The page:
Home » Life Goals » What Is The Difference Between Purpose and Goal? (Examples Included)

What Is The Difference Between Purpose and Goal? (Examples Included)

what is the difference between purpose and goal

You probably do this every time the year draws to a close, and a new one is about to begin. You resolve to improve something, whether it be yourself, your work, or social interactions. 

You might want to start a talent-based business, a vegan diet, or promote an eco-friendly cause — or just eat more tacos that year. 

You might also want to invite a different colleague for lunch every alternate day. Or, you could deliver groceries to your elderly neighbor once a week.  

Could this be the year you finally get over your fears of failure, embarrassment, and imposter syndrome and apply for that dream job?

Whatever it is, you can call it your New Year’s Resolution. 

Quick question, though: are your resolutions your purpose or goal for the new year? 

Is a goal and purpose the same thing? What’s the difference between a purpose and a goal to begin with? 

Let’s begin by defining each one.

What is a Goal?

A goal is a clear, specific, practical, and measurable plan to achieve a particular outcome within a specific timeframe. 

A goal is a destination you intend to reach through a series of actionable steps. The steps you take to accomplish a goal are called objectives. These are often the items most people jot down on their to-do lists. 

A goal enables you to break down how to effect change logically so that you can edge closer to an end.    

What is a Purpose?

Your purpose is the reason you do what you do. You can think of it as the choices you repeatedly make, the habits you maintain, the reason certain people attract you, and why some causes grab your attention more than others. 

Your life’s purpose plays a big role in how you relate to others. 

So, how is purpose different from a goal?

The Difference Between a Purpose and a Goal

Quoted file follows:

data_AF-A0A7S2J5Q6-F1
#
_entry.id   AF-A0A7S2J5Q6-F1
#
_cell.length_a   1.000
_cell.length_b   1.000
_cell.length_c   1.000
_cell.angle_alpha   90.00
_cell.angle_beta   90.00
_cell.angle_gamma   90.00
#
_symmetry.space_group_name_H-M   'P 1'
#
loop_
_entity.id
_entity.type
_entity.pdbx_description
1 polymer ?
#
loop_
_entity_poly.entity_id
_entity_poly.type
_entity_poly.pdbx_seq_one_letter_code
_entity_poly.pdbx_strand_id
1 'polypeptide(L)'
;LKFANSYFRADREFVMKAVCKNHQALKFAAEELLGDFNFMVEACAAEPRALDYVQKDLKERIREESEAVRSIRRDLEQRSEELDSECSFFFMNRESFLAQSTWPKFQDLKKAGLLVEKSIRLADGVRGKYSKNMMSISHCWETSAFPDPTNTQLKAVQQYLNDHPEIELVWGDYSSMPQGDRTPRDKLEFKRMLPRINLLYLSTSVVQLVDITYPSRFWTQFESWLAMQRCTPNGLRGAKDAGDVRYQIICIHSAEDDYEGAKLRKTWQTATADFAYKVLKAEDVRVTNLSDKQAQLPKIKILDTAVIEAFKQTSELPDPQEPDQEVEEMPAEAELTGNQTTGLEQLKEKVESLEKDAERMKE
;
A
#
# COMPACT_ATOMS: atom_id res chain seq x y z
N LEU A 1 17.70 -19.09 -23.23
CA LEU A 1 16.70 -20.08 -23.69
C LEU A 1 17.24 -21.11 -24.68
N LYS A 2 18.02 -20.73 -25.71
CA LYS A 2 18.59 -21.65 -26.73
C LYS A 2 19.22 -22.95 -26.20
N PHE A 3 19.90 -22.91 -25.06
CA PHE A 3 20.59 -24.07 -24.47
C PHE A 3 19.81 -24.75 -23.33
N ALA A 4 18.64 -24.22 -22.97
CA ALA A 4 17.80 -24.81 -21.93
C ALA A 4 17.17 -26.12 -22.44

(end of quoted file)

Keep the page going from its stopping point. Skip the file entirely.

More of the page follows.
A purpose differs from a goal in that it refers to the sometimes hidden intention behind what you repeatedly do to help others. But a goal refers to a specific outcome you intend to achieve within a particular time frame.

A goal is about moving forward in a particular direction to achieve a specific outcome within a certain time frame. A purpose is often about deciding, acting, sacrificing, and nurturing an interest in improving a bigger situation than oneself. 

Purpose is usually a long-term mission to effect specific societal change, while goals are short-term plans to achieve specific results within a certain period.

Like tactics, goals can change quickly, but like a strategy, a purpose can affect how you do things for many years or even throughout your life.

Something else. 

Purpose is a sense of commitment to make a difference in the world with the resources, talents, and skills you have. Having goals gives you direction and provides checkpoints to determine how close you are to living that deeper and broader purpose in life.  

Your purpose is connected to your values and beliefs. When you have a purpose, you have an innate motivation to do things consistently, in a certain way, with a particular motive. 

But that’s not all. It’s also possible to measure a goal’s progress, which is not something you can easily do with a purpose. 

A goal is a way to specify the timeframe within which you will take a series of actions that will enable you to reach a particular outcome. 

In contrast, when you live out your purpose, you feel more at peace with your life without feeling that something is missing, even if you have a good job/business, a loving family, and quality social connections. 

A sense of purpose gives meaning to your actions, reminding you of the intrinsic value of living and contributing to the world around you. By achieving goals, you enhance your confidence that you can achieve more of that result in the future. 

Things get even more interesting here. 

When an outcome doesn’t align with your values, priorities, and sense of what’s meaningful and fair in your life, you may still feel dissatisfied even after reaching more goals.